DeMECO RYANS said yesterday that Mychal Kendricks, who has been increasingly dominant at inside linebacker since Ryans went down for the season with an Achilles' tear, "is just letting his instincts take over."
Kendricks, along with defensive end Fletcher Cox, really stood out during the Eagles' loss to Seattle last week. The team credited Kendricks with 16 tackles, 12 of them solo.
"Mike has been one of our best athletes on the defensive side of the ball . . . It's really showing these last couple of games. He's really making a lot of big-time plays, running guys down," Ryans said.
Ryans, 30, said he is a week away from being able to cast aside the scooter he uses to navigate the NovaCare complex, in the wake of right Achilles' surgery. Ryans tore his left Achilles' playing for Houston in 2010, then tore the other during the Eagles' Nov. 2 visit to the Texans, on the same end of the field.
"I'm over it," Ryans said. "I understand things happen. Sometimes you can't control it. I'm fine with it. It's tough on Sundays - game time, guys out there getting ready to play."
He said yesterday that doctors have told him there is no link between tearing one Achilles' and tearing the other. Last time, it took him until well into the 2011 season to really feel normal, Ryans said when he came to the Eagles in 2012. Ryans said yesterday he thinks his recovery then might have been complicated by the NFL lockout, and he hopes for a quicker turnaround this time.
"I was progressing along, then we got kicked out of the building," Ryans recalled. "I was kind of left on my own to do my own rehab . . . There's not a lockout looming, so I'm encouraged that I can go through and be with our training staff throughout the whole process."
Speaking of management-union issues, Ryans is the Eagles' player rep. He said he has not seen the league's new code of conduct.
"I would think as players, we'd get a chance to look at the policy," Ryans said. "For news to come out about them passing a new policy - it's like, we haven't even seen anything, so what's that about? It seems like we're going down the same line again" in terms of mistrust and confusion.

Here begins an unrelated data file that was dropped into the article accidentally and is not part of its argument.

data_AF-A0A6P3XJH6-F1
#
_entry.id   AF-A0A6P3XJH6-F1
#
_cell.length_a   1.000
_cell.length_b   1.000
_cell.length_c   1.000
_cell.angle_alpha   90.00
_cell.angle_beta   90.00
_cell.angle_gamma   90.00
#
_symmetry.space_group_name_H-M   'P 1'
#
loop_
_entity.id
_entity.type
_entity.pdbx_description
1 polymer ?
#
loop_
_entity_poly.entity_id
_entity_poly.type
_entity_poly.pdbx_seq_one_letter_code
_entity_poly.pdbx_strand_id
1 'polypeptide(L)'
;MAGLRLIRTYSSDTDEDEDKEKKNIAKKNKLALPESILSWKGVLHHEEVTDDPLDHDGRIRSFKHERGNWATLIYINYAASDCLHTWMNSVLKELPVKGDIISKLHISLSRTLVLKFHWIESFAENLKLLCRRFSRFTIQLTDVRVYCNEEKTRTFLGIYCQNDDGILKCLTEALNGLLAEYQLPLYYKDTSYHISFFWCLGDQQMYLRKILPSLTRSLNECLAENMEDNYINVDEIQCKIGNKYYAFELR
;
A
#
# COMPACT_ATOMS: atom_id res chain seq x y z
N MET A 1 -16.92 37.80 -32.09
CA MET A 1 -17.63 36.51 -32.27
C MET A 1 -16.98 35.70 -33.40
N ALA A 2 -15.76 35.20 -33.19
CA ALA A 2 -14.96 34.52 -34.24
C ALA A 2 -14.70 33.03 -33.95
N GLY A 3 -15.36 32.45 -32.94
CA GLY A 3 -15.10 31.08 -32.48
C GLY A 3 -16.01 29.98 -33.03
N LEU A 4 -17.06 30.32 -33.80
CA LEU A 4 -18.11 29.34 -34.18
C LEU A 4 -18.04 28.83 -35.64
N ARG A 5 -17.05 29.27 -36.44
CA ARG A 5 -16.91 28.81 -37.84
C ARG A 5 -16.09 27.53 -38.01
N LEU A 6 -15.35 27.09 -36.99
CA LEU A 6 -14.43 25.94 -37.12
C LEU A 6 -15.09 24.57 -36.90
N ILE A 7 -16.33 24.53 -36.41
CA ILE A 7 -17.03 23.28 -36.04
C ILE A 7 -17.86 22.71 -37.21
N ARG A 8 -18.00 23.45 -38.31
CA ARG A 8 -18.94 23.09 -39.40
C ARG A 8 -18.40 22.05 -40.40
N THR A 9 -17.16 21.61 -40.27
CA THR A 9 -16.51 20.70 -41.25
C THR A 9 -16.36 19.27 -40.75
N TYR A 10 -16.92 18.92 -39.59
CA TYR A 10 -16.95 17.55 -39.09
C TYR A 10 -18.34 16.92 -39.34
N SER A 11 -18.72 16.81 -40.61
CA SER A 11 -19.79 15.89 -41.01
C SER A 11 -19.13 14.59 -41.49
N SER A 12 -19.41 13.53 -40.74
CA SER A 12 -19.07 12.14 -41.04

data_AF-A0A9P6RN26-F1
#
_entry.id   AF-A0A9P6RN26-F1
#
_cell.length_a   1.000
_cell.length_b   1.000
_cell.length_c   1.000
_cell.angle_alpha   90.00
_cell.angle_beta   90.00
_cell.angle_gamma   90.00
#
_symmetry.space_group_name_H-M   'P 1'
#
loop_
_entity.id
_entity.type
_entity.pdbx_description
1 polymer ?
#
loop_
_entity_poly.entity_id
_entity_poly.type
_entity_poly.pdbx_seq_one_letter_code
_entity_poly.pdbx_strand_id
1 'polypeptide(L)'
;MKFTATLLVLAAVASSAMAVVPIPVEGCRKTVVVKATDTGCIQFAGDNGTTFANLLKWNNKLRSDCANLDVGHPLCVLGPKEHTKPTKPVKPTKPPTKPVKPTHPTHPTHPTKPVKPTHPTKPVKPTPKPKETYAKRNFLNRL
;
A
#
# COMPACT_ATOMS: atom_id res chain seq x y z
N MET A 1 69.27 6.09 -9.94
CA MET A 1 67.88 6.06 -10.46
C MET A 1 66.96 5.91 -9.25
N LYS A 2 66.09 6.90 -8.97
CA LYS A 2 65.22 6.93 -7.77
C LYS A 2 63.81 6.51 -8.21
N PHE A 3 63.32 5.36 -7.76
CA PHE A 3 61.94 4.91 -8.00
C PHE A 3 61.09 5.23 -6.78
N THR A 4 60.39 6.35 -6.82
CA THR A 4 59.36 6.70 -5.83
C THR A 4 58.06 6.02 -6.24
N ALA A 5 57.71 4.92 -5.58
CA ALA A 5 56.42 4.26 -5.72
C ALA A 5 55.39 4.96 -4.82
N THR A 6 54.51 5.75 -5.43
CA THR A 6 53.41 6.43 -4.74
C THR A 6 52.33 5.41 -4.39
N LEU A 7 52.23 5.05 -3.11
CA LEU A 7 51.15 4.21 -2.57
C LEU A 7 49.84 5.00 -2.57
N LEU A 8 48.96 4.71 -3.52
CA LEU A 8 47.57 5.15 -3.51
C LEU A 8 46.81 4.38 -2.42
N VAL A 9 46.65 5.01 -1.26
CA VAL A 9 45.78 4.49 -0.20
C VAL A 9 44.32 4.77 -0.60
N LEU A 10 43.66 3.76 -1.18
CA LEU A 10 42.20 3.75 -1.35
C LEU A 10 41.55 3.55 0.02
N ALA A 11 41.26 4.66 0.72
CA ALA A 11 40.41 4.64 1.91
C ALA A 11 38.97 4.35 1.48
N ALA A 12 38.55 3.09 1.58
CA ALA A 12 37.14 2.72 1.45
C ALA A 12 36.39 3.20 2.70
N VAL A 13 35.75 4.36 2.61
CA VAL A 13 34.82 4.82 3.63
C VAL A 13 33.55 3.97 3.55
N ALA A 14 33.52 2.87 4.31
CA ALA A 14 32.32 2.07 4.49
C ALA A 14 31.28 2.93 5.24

"It's different rules for different guys," Ryans said of NFL discipline. "You don't know where you stand, unless you get in trouble, so, stay out of trouble. That's the message I give to guys."
Making himself at home
Defensive end Fletcher Cox acknowledged yesterday that he had a hard time learning to play in the 3-4, after being drafted as a 4-3 tackle, but Cox said he's fine with his role now.
Dallas quarterback Tony Romo said this week that Cox has "really elevated" the Eagles' defense.
"It's my home for now, and I'm enjoying it so much," Cox said of the 3-4. "Just having a whole lot of fun doing it. The coaches move me around a lot. I'm on the center, outside, inside. You just never know just where the coaches will put you.
"I struggled last year with it. I would say I spent over half the year last year just trying to learn the scheme, and just be effective. Toward the end of the year, I felt myself kind of getting a small handle on it, but it wasn't my best."
Chip not drinking haterade
Chip Kelly was asked about his appreciation for the intense dislike Eagles fans have for Dallas. Kelly, in the wake of the flap over him allowing Oregon's Linfield College to practice at the Birds' facility before its playoff win over Widener, had said letting other teams practice on your fields is commonplace in the NFL, and that if Dallas had wanted to use NovaCare this week, he would allow it.
"I understand that [dislike]," Kelly said. "But that's not the way we're wired. I want to compete against the best. It's the same thing, if we went to go to play any other place in the NFL, they would allow us to practice at their facility. When I was in college, everybody allowed us to practice - USC practiced at our place when we were at Oregon, and we practiced at their place. That's what this deal is all about.
"I've never been a hate guy. I don't hate anybody we've ever played. I've got the utmost respect for 'em, and I hope when we have an opportunity to play any team we play, that they're at their full strength. That's the best part about it; that's when really true competitors go against it."
Kicker Cody Parkey (groin), receiver-returner Josh Huff (hip) and running back Chris Polk (ankle) all were full practice participants yesterday and presumably will be OK for Sunday . . . Nolan Carroll, working as a punt-team gunner, blew past Richard Sherman and dropped a Seattle returner in his tracks last week. Carroll said Sherman told him: "Stop running so fast" . . . Chip Kelly said he's reluctant to put LeSean McCoy and Darren Sproles in the backfield at the same time. "My question is going to be, 'Who is going to block for who?' " Kelly said. "Obviously, Darren is not going to lead on a linebacker, and if we have LeSean McCoy leading on a linebacker and he gets hurt, then shame on us as a coaching staff. That's not their strength. Both of them play the same position, they're both halfbacks" . . . Kelly said Chris Prosinski, who made three tackles on returns against the Seahawks, "is making a huge impact on special teams." Kelly indicated Prosinski, signed Nov. 3, is making progress as a safety.